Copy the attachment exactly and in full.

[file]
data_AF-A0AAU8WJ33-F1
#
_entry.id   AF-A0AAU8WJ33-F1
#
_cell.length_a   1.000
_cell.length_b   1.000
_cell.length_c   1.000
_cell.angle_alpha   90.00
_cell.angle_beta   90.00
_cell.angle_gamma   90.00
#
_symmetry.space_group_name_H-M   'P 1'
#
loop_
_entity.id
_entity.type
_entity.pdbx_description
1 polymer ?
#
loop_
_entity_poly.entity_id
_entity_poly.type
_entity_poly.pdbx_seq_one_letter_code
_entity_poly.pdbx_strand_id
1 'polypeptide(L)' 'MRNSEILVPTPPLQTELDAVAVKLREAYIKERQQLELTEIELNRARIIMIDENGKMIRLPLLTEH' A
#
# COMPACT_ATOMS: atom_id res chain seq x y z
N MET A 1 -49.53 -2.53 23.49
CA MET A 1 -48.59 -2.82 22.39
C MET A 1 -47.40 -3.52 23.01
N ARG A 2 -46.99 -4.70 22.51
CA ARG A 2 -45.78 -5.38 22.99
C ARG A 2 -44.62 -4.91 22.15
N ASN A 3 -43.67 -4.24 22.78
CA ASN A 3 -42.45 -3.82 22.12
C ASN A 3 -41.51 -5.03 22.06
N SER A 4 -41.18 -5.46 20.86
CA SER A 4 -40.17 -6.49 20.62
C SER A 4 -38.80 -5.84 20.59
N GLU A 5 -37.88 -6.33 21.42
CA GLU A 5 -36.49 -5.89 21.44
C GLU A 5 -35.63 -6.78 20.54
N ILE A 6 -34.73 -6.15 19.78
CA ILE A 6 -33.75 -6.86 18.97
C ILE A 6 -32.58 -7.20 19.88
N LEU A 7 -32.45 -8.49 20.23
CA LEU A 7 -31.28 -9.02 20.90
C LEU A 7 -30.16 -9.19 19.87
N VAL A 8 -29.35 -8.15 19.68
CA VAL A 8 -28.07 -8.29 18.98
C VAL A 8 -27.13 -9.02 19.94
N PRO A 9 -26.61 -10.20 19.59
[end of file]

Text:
data_AF-A0AAU8WJ33-F1
#
_entry.id   AF-A0AAU8WJ33-F1
#
_cell.length_a   1.000
_cell.length_b   1.000
_cell.length_c   1.000
_cell.angle_alpha   90.00
_cell.angle_beta   90.00
_cell.angle_gamma   90.00
#
_symmetry.space_group_name_H-M   'P 1'
#
loop_
_entity.id
_entity.type
_entity.pdbx_description
1 polymer ?
#
loop_
_entity_poly.entity_id
_entity_poly.type
_entity_poly.pdbx_seq_one_letter_code
_entity_poly.pdbx_strand_id
1 'polypeptide(L)' 'MRNSEILVPTPPLQTELDAVAVKLREAYIKERQQLELTEIELNRARIIMIDENGKMIRLPLLTEH' A
#
# COMPACT_ATOMS: atom_id res chain seq x y z
N MET A 1 -49.53 -2.53 23.49
CA MET A 1 -48.59 -2.82 22.39
C MET A 1 -47.40 -3.52 23.01
N ARG A 2 -46.99 -4.70 22.51
CA ARG A 2 -45.78 -5.38 22.99
C ARG A 2 -44.62 -4.91 22.15
N ASN A 3 -43.67 -4.24 22.78
CA ASN A 3 -42.45 -3.82 22.12
C ASN A 3 -41.51 -5.03 22.06
N SER A 4 -41.18 -5.46 20.86
CA SER A 4 -40.17 -6.49 20.62
C SER A 4 -38.80 -5.84 20.59
N GLU A 5 -37.88 -6.33 21.42
CA GLU A 5 -36.49 -5.89 21.44
C GLU A 5 -35.63 -6.78 20.54
N ILE A 6 -34.73 -6.15 19.78
CA ILE A 6 -33.75 -6.86 18.97
C ILE A 6 -32.58 -7.20 19.88
N LEU A 7 -32.45 -8.49 20.23
CA LEU A 7 -31.28 -9.02 20.90
C LEU A 7 -30.16 -9.19 19.87
N VAL A 8 -29.35 -8.15 19.68
CA VAL A 8 -28.07 -8.29 18.98
C VAL A 8 -27.13 -9.02 19.94
N PRO A 9 -26.61 -10.20 19.59